HE WAS a rare breed and will always be remembered for his courage and brilliance as a photojournalist.
Alf Kumalo, the world-renowned photographer who chronicled our history for more than 50 years, died in his sleep aged 82, at his home in a retirement village in Midrand, Gauteng on 21 October.
He’d been bravely fighting prostate cancer for some time. Alf had been seriously ill for five months and had been in and out of hospital.
Two days before he passed away I spoke to his brother, photographer Len Kumalo, who gave me directions to Alf’s home. Sadly, when I got there, I was told that he was resting and I couldn’t see him.
I’d known Alf for more than 40 years, long before I became a journalist. When I met him he lived in Senaoane township in Soweto, just a rifle shot from my home. At the time, he was working for the Sunday Times after the Golden City Post had closed down.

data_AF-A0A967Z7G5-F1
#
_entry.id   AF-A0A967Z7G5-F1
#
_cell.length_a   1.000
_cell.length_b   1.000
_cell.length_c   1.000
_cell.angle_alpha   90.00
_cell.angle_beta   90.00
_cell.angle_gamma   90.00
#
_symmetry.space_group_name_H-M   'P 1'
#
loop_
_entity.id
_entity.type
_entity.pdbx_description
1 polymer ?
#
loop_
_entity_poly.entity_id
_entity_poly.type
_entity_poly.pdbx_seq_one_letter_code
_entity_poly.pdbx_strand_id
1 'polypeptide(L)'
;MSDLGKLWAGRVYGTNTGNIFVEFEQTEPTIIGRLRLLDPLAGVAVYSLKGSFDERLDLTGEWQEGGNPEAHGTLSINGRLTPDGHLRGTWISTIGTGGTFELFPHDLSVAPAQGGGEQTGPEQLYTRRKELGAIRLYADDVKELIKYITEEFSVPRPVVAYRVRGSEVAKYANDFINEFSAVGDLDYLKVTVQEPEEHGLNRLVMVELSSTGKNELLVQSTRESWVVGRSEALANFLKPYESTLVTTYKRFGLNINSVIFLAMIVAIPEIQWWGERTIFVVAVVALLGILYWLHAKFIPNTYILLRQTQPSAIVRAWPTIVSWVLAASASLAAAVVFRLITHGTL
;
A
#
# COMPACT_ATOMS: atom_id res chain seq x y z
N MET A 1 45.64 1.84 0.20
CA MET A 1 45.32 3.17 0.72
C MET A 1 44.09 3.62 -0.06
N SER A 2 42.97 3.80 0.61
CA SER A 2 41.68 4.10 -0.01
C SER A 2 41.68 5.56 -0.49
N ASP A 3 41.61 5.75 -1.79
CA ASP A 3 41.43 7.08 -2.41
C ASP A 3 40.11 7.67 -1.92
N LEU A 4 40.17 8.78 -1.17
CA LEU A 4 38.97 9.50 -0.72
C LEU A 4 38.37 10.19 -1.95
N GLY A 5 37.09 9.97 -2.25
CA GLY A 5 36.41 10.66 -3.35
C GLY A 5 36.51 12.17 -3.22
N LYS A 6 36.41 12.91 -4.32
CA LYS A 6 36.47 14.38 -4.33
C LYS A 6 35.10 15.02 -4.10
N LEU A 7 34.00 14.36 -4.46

Sometimes on my way to catch a school bus to Pimville, where I attended high school, I’d see Alf waiting for the press car outside his home. He was always impeccably dressed in a suit with two Nikon cameras hanging from his shoulders. He was already a famous photographer but was so humble. I’d feel really good inside every time he responded with a warm smile to my greeting.
There were other journalists living in Senaoane then – Percy Qoboza, editor of The World, Derrick Thema and Charlton Piliso but it was Alf whom I admired the most. He was one of the people who inspired and encouraged me to become a journalist.
There was a lump in my throat when Media24 CEO Esmaré Weideman and I presented him with the DRUM Legends Award at DRUM’s 60th anniversary celebration held at Caesar’s Palace in Kempton Park last year.
I was so in awe of his talent and all his achievements, which were incredibly varied.
Read more in DRUM – 1 November 2012